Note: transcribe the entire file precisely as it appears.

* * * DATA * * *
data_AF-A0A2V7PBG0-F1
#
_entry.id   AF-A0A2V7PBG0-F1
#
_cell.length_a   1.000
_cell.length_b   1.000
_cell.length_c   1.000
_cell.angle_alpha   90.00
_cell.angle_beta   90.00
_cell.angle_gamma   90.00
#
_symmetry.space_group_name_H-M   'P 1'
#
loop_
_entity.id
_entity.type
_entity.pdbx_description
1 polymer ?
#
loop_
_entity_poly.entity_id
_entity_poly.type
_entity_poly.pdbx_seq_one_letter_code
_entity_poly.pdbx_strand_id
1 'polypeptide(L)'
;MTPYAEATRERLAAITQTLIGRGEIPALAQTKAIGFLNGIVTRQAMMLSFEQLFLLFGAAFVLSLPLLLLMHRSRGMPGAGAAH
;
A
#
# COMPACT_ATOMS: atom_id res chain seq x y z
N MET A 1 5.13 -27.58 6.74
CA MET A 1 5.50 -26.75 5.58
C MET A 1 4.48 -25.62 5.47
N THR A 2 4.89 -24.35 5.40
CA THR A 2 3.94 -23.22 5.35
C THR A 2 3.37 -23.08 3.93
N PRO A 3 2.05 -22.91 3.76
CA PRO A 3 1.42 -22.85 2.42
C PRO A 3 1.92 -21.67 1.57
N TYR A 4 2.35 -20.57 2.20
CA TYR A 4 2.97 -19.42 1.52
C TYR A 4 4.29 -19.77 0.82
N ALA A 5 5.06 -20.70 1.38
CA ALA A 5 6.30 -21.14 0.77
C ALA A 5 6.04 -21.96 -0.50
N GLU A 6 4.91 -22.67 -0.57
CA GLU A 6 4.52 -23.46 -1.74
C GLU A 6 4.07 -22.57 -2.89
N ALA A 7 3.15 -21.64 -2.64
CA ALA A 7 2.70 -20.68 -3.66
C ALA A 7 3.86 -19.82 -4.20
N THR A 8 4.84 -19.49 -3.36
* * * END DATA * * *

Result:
data_AF-A0A2V7PBG0-F1
#
_entry.id   AF-A0A2V7PBG0-F1
#
_cell.length_a   1.000
_cell.length_b   1.000
_cell.length_c   1.000
_cell.angle_alpha   90.00
_cell.angle_beta   90.00
_cell.angle_gamma   90.00
#
_symmetry.space_group_name_H-M   'P 1'
#
loop_
_entity.id
_entity.type
_entity.pdbx_description
1 polymer ?
#
loop_
_entity_poly.entity_id
_entity_poly.type
_entity_poly.pdbx_seq_one_letter_code
_entity_poly.pdbx_strand_id
1 'polypeptide(L)'
;MTPYAEATRERLAAITQTLIGRGEIPALAQTKAIGFLNGIVTRQAMMLSFEQLFLLFGAAFVLSLPLLLLMHRSRGMPGAGAAH
;
A
#
# COMPACT_ATOMS: atom_id res chain seq x y z
N MET A 1 5.13 -27.58 6.74
CA MET A 1 5.50 -26.75 5.58
C MET A 1 4.48 -25.62 5.47
N THR A 2 4.89 -24.35 5.40
CA THR A 2 3.94 -23.22 5.35
C THR A 2 3.37 -23.08 3.93
N PRO A 3 2.05 -22.91 3.76
CA PRO A 3 1.42 -22.85 2.42
C PRO A 3 1.92 -21.67 1.57
N TYR A 4 2.35 -20.57 2.20
CA TYR A 4 2.97 -19.42 1.52
C TYR A 4 4.29 -19.77 0.82
N ALA A 5 5.06 -20.70 1.38
CA ALA A 5 6.30 -21.14 0.77
C ALA A 5 6.04 -21.96 -0.50
N GLU A 6 4.91 -22.67 -0.57
CA GLU A 6 4.52 -23.46 -1.74
C GLU A 6 4.07 -22.57 -2.89
N ALA A 7 3.15 -21.64 -2.64
CA ALA A 7 2.70 -20.68 -3.66
C ALA A 7 3.86 -19.82 -4.20
N THR A 8 4.84 -19.49 -3.36